The Joffrey Ballet performance was to me a tribute of how we are fearfully and wonderfully made in His image. Each dancer displays not only a glorious purity of form, breaking forth in celebration of being, but expressing emotions mere words cannot begin to convey.
“Night” was a fanciful exploration of how and what we dream, particularly of the contrasts between flying and falling. We live, and dream, for those moments we can soar to new heights, exhilarated not only by our altitude but by the fear that at any moment we could crash to the ground. Anastacia Holden was exquisite as the dreamer, conveying the sheer joy and wonder of being lifted and carried away by the bedclothes (why can’t I have bedclothes like that?), then the brooding over falling into temptation and the terror of being chased and physically falling.
“In the Middle, Somewhat Elevated” paid homage not only to the form and conventions of classical ballet, but to modern dance’s departure from these restrictions. The electronic score, atonal yet passionate in its contrasts between thunderclaps and silence, created a drama and tension providing an ideal showcase for the amazing technical virtuosity of the dancers.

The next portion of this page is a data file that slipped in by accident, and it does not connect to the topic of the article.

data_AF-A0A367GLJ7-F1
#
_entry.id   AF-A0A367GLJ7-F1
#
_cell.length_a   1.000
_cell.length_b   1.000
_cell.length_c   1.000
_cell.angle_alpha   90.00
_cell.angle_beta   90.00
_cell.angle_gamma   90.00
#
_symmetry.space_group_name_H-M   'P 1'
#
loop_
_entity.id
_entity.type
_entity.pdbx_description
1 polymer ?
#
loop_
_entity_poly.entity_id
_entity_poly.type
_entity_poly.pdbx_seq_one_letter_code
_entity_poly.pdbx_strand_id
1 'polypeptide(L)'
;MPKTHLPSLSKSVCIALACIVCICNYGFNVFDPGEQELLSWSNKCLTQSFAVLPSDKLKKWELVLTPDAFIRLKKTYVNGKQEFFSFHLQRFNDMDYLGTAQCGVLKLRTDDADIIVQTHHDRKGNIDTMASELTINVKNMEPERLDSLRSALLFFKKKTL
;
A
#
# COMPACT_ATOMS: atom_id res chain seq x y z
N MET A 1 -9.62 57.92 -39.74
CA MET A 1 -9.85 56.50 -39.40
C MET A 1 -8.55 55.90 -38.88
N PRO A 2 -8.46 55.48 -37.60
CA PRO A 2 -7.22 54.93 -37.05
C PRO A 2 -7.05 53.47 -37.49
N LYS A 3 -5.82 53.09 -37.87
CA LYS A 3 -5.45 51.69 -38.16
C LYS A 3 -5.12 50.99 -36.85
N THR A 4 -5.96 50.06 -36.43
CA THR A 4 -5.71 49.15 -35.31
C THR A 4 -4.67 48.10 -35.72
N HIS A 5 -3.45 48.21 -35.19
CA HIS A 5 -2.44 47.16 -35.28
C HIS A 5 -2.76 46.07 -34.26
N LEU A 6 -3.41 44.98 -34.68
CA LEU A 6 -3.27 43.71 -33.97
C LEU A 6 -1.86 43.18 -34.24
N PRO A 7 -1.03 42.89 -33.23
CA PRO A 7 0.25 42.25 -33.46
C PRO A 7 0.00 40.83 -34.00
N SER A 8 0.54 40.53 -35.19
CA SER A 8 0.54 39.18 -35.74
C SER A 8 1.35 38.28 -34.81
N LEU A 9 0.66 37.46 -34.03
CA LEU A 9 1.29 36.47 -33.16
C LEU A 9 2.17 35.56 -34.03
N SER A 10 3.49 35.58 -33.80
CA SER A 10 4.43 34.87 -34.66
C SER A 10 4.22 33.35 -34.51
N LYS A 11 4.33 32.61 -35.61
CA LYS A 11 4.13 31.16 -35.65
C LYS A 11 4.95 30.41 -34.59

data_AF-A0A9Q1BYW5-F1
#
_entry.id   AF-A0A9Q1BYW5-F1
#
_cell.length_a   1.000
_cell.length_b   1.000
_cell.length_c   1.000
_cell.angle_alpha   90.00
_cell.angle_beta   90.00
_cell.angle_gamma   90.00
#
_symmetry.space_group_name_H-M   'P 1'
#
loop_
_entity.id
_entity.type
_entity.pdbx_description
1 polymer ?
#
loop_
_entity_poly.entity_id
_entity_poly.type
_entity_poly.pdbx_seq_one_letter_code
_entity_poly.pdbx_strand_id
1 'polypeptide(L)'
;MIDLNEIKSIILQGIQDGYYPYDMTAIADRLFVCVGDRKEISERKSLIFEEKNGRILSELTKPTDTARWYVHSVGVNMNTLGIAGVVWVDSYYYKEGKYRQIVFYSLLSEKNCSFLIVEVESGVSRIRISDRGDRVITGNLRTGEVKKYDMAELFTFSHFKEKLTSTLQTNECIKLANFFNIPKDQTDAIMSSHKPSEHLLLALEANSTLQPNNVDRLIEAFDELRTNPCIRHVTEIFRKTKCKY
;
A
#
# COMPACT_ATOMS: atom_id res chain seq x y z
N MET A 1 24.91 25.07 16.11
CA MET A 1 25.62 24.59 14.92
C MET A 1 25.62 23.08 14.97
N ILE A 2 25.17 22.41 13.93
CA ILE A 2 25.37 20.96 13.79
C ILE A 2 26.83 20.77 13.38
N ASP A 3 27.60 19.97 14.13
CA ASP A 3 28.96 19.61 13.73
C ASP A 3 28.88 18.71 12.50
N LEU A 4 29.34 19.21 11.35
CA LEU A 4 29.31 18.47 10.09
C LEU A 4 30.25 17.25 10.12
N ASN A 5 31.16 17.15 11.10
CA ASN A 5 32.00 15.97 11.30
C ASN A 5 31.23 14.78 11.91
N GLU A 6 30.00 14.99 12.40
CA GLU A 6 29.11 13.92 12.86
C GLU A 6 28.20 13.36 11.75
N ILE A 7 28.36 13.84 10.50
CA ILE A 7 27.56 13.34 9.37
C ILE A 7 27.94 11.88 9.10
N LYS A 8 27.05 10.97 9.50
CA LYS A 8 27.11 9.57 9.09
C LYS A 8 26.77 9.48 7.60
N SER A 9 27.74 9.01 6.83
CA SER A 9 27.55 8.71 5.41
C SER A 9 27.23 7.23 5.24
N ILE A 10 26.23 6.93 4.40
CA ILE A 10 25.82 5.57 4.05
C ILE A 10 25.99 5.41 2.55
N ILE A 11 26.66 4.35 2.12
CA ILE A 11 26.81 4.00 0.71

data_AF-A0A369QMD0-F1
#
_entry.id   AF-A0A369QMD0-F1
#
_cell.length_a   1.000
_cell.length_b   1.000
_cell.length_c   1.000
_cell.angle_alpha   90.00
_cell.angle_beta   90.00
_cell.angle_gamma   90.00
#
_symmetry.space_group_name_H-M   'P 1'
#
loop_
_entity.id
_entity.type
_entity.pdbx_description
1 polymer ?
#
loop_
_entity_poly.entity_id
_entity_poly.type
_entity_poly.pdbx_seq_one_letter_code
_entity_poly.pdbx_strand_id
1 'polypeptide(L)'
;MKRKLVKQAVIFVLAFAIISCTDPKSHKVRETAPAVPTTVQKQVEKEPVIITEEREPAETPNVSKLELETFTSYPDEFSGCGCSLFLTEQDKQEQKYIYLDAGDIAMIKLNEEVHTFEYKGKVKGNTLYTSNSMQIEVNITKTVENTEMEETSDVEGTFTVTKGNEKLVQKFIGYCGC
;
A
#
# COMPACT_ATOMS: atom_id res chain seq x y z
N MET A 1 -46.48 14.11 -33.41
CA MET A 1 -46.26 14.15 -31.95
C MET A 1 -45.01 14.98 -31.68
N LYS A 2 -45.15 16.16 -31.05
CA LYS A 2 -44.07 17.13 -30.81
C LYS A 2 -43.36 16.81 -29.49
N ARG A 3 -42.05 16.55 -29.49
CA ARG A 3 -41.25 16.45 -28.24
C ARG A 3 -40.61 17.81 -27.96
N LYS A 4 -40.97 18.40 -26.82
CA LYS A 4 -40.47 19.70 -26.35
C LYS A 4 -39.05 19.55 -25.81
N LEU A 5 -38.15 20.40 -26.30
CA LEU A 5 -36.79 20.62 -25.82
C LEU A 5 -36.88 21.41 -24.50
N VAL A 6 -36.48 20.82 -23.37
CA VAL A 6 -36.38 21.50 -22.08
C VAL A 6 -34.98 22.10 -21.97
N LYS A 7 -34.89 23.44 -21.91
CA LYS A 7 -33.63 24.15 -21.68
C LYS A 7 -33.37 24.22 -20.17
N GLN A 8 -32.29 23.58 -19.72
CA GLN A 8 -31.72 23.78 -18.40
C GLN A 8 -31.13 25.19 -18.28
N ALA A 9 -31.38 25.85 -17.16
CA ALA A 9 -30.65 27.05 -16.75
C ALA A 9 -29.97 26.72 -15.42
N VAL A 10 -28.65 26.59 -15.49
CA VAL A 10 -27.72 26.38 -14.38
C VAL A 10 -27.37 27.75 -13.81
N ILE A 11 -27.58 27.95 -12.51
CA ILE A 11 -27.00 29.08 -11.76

The simple costuming of form-fitting leotards and sheer black stockings highlighted their perfectly sculpted musculature, as if the pencil sketches in Eric Franklin’s books on dance imagery and kinesiology were suddenly infused with breath and blood and leapt from the pages. If Adam Shankman, a regular judge on So You Think You Can Dance, were critiquing, I can imagine him calling the ladies’ extensions “Sick!”
By far my favorite was “Age of Innocence,” reflecting the repressed sensuality, romantic ideals, and struggle for self-expression of Victorian novels such as Jane Austen. Not only was the lift work done with such finesse that there was no difference between dancing on the ground or in the air, but the choreography and dancing evoked such a sense of yearning and sheer beauty that I could not bear for it to end. The duets by Jeraldine Mendoza and Mauro Villanueva, and April Daly and Dylan Gutierrez, were true poetry that only adagio can express.
For the dance aficionado and for any lover of beauty in motion, The Joffrey Ballet is a rare treat and not to be missed.
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